This dish should taste like the chocolate you use and have the texture of a mousse. I'm not familiar with Weiss chocolate, but I don't think 57% is adequate. I would suggest at least 70%.
Perhaps you should try a different brand? Again, I'm not familiar with Weiss, but is it any good? Do you like the taste of the chocolate alone? You should. If you try a different brand, I'd suggest Valrhona.
The graininess is a result of over whisking. If you over whisk you can simply return it to the pot and start again.
Also, I looked up Weiss chocolate with 57% cocoa solids, and I'm more confident that this is the primary cause of your flavor problems. The breakdown for this is: 57% Cocoa, 42% Sugar, 36% Fat (the fat is included in the cocoa solid). Cocoa butter (the fat) is what carries the chocolate flavor (provided by the non-fat cocoa solids) and provides the richness and body of the chocolate. Chocolates with 57% Cocoa typically contain 33-36% fat content. Whereas chocolate with 70% cocoa solids typically have a fat content in the range of 40-42%. This lack of fat can lead to a "blander" taste in the finished dish.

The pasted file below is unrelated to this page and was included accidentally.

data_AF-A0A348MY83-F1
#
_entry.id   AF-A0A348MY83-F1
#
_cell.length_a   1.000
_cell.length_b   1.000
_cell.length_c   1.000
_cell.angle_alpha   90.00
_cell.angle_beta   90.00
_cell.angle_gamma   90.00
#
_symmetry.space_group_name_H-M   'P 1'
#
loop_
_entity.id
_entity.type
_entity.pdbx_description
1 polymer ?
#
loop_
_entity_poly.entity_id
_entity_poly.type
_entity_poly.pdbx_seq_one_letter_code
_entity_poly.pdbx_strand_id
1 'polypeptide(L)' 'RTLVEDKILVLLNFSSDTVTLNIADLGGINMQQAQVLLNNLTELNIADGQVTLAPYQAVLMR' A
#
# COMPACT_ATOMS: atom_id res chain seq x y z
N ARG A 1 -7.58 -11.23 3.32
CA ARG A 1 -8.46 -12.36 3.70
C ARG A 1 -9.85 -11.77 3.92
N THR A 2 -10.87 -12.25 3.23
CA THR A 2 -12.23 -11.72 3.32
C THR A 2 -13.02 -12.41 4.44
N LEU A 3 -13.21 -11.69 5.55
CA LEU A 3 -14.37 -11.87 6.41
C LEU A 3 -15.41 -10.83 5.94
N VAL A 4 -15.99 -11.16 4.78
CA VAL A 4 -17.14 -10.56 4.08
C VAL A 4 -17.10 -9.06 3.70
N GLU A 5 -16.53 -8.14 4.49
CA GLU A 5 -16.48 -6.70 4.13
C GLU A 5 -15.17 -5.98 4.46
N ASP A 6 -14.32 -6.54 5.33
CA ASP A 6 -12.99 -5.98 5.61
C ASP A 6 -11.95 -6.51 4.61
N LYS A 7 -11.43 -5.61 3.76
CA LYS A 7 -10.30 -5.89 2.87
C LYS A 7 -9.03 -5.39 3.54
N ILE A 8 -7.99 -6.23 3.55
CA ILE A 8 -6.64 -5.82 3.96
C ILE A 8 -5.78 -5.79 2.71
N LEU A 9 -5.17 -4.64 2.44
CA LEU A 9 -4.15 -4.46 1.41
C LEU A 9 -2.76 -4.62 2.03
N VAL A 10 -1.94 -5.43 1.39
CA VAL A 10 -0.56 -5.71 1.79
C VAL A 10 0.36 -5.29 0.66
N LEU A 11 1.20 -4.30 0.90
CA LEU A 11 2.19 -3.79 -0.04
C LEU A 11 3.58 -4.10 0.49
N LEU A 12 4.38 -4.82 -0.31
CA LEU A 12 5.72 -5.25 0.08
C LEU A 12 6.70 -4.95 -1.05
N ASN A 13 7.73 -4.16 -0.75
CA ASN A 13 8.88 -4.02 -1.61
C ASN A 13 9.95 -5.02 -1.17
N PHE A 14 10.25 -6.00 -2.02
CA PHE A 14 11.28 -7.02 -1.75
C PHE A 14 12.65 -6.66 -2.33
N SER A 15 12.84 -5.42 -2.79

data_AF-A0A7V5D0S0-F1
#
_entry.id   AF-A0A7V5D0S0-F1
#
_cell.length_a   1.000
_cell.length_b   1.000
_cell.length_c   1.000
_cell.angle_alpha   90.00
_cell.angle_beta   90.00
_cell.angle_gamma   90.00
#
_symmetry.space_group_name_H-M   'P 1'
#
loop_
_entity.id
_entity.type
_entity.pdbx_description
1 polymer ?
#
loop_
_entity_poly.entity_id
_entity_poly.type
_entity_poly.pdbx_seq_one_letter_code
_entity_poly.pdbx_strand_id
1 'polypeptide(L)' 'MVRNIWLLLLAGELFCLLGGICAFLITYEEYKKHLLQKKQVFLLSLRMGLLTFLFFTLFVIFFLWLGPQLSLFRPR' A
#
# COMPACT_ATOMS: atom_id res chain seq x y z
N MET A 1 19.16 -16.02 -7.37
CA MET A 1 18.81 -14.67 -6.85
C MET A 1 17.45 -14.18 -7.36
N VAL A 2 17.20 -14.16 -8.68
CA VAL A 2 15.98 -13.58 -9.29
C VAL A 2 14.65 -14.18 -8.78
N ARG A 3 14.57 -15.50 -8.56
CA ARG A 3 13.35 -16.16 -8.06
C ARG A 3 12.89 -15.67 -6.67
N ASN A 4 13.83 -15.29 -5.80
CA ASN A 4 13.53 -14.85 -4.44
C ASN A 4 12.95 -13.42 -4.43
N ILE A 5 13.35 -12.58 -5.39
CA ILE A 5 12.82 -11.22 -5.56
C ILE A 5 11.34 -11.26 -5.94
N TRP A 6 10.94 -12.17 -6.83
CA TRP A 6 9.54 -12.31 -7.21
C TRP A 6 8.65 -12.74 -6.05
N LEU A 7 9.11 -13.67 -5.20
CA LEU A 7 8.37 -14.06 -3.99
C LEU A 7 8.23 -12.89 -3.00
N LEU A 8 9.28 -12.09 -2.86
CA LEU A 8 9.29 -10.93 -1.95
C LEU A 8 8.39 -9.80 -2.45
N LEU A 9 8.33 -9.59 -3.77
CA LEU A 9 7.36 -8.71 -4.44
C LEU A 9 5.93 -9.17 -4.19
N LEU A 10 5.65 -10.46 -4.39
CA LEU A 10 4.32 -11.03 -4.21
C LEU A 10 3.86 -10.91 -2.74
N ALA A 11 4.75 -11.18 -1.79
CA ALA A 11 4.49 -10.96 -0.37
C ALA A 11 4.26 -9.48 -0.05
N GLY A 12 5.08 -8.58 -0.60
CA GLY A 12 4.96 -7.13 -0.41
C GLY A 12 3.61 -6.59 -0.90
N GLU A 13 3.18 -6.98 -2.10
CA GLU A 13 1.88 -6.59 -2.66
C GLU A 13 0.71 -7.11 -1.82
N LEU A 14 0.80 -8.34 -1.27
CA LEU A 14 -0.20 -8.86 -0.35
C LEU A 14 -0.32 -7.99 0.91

Another thing to keep in mind is that this dish gives you a fair amount of wiggle room. If you whip it up and it feels like it's still lacking in some fat, then melt it, add more chocolate and start over. If you end up with something that isn't light enough, you can simply start over and add a little more water. As long as you don't burn anything you can do this indefinitely.
Finally, if you feel like experimenting you can use something besides water. In the original article Herve This recommended orange juice or blackcurrant puree.
I found a video that uses tea in place of water. It also demonstrates how to do it without whisking, using a N₂O siphon.